Acute otitis media is a common infection in children, with research showing that up to four in every five children in high-income countries will have at least one episode by the age of three. Influenza vaccines have been suggested as a way to prevent this, and an updated Cochrane Review from October 2017 looks at the latest evidence. Here’s the review’s lead author, Norhayati from the Universiti Sains Malaysia in Kubang Kerian, Malaysia, to tell us more.
Venous leg ulcers are the most common type of lower leg wound, affecting up to three people in every 1000 in some studies. Gill Norman from the University of Manchester in the UK, and colleagues, looked at the trials of dressings and topical agents in a new Cochrane Review in June 2018, and we asked Gill to outline their findings in this podcast.
Cystic fibrosis is a common inherited condition, particularly affecting people from a northern European background. It's caused by various mutations of the Cystic Fibrosis Transmembrane Conductance Regulator gene, shortened to "CFTR". A new Cochrane Review from August 2018 examines a class of drug that aims to correct the basic defect for people with CF with a specific mutation, and we asked lead author, Kevin Southern from the University of Liverpool in the UK, to tell us what they found.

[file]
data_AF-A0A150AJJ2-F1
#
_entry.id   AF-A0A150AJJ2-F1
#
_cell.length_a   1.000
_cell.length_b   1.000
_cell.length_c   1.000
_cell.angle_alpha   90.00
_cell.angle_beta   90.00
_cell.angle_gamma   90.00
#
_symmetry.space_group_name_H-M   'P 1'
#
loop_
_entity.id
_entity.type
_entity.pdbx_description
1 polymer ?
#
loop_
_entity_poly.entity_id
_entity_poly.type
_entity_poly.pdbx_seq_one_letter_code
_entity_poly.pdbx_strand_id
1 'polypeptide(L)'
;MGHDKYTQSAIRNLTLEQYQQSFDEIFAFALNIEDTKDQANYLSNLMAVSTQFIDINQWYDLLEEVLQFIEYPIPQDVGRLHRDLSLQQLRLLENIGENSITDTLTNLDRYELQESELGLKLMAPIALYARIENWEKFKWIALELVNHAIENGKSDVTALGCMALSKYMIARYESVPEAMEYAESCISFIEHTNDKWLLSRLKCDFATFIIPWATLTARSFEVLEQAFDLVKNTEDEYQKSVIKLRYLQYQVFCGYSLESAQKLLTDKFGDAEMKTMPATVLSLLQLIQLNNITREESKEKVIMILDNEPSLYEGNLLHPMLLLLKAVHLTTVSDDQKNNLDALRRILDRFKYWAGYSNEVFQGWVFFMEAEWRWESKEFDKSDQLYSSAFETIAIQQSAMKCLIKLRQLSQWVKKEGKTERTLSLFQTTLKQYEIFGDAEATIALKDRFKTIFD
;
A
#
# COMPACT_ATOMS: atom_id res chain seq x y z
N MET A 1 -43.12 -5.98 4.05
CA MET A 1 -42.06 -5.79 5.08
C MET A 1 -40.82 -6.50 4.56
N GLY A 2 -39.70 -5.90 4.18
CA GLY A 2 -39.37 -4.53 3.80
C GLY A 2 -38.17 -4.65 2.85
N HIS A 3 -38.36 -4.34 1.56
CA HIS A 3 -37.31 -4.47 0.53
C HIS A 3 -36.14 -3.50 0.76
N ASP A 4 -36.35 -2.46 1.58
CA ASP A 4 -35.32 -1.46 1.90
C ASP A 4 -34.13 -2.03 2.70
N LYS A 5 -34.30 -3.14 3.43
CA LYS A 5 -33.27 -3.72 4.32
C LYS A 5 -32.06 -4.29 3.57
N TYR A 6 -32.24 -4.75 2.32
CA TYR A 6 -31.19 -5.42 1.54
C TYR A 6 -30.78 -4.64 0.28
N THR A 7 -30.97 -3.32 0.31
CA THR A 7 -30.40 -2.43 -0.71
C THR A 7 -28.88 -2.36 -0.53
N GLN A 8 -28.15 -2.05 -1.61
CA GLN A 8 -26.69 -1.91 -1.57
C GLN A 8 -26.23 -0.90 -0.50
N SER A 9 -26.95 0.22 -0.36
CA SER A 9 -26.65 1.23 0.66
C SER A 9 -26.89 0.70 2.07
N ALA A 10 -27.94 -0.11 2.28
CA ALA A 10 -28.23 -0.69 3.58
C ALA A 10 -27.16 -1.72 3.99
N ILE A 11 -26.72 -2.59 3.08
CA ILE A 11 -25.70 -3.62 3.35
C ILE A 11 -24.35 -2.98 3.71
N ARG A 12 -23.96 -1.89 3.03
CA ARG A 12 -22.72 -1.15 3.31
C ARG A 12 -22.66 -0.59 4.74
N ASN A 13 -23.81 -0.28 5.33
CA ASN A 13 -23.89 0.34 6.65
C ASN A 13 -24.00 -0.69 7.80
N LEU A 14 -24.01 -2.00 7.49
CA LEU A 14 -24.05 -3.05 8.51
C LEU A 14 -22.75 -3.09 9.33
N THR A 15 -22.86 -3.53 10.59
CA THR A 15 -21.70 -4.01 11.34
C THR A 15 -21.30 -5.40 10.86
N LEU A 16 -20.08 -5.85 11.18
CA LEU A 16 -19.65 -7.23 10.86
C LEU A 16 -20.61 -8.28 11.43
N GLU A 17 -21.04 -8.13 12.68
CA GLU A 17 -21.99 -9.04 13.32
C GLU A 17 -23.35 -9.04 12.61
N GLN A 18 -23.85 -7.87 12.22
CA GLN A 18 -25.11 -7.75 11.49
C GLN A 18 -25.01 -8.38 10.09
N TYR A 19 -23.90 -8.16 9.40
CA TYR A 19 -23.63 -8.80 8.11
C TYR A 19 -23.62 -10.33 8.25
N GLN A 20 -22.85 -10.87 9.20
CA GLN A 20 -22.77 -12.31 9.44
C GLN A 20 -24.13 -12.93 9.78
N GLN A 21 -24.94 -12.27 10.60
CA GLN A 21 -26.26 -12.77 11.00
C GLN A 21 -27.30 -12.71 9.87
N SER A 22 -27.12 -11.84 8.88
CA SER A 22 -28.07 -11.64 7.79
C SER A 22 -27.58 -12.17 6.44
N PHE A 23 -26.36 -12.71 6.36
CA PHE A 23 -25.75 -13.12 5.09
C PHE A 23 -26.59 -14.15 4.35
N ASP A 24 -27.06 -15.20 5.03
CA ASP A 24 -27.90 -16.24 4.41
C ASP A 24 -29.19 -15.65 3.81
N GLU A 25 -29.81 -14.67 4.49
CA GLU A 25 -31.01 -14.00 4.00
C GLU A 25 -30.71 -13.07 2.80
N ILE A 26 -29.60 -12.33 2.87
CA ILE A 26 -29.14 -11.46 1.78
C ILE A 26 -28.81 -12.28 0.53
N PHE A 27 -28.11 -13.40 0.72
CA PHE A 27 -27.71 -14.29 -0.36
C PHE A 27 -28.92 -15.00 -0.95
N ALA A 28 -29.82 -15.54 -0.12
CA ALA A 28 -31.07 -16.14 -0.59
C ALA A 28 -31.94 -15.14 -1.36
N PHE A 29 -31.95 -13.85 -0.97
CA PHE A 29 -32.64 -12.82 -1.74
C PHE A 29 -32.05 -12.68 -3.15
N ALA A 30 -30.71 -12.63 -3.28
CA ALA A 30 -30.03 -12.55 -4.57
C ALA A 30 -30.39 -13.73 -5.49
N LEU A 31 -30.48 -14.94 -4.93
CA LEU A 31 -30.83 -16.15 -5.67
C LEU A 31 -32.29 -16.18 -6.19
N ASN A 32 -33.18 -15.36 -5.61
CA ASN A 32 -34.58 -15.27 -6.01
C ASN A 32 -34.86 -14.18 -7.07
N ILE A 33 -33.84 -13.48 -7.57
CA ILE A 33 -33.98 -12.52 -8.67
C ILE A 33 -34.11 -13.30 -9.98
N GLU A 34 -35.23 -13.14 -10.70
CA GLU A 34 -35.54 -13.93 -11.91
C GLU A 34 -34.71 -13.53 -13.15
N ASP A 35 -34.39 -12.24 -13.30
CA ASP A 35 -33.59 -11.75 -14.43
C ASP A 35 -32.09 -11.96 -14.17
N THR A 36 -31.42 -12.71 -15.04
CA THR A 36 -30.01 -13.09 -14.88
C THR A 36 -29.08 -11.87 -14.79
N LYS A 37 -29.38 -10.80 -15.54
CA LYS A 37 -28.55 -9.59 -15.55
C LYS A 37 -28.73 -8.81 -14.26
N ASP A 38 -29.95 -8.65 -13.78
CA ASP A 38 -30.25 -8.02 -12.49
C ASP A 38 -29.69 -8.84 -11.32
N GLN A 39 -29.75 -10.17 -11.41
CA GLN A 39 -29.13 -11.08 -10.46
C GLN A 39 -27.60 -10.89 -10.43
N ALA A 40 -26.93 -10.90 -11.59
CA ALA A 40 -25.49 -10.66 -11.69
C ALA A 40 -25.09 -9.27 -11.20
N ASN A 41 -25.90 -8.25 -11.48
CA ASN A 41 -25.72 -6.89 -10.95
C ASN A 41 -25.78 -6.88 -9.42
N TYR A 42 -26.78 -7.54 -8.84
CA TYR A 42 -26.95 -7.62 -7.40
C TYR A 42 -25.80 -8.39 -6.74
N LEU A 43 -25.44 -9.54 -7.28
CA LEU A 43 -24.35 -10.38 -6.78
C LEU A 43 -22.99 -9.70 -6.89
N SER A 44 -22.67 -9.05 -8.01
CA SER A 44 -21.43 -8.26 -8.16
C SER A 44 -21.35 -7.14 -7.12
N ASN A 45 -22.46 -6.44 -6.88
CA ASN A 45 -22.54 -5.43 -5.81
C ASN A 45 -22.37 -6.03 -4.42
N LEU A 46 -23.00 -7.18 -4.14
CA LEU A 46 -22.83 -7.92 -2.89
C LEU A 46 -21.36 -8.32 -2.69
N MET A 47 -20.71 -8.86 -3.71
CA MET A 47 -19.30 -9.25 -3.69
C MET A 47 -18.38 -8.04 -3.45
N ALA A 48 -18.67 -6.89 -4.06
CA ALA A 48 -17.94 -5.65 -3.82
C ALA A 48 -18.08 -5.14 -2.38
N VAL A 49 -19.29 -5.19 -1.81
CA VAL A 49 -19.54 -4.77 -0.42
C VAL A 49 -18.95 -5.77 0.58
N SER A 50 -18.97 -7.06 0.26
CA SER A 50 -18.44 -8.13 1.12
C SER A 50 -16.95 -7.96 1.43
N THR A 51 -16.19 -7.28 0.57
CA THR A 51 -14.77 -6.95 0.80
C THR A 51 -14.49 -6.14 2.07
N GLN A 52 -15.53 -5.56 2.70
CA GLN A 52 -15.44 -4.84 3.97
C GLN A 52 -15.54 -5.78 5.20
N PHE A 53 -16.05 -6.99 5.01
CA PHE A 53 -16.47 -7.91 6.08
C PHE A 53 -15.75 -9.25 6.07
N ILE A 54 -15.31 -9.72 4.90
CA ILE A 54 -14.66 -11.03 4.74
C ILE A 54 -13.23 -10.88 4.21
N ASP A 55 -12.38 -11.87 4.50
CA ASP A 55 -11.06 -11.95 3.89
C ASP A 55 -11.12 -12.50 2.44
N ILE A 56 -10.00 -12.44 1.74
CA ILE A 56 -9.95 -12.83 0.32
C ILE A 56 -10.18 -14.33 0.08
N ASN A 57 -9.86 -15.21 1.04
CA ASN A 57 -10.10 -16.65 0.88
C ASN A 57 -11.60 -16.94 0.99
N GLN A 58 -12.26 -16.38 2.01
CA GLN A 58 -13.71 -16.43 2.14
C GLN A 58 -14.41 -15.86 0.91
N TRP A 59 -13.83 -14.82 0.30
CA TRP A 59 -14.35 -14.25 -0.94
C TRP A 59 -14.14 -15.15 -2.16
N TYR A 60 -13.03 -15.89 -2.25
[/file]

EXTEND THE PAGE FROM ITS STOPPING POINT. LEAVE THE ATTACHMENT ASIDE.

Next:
There are concerns across the world about the rising incidence of type 2 diabetes, increasing the importance of evidence for effective ways to prevent this condition. In a December 2017 update to the Cochrane Review, Bianca Hemmingsen from Herlev University Hospital in Denmark and colleagues have summarized the latest evidence on the effects of diet and physical activity for people with intermediate hyperglycaemia or prediabetes. We asked Bianca to tell us what they found in this podcast.
The Cochrane Drugs and Alcohol Group specialises in reviews that assess, among other things, ways to reduce hazardous or harmful drinking of alcohol. One of these reviews looks at the evidence on practitioner-delivered brief interventions and we asked one of the authors, Fiona Beyer from Newcastle University in the UK to tell us about the findings from the update in February 2018.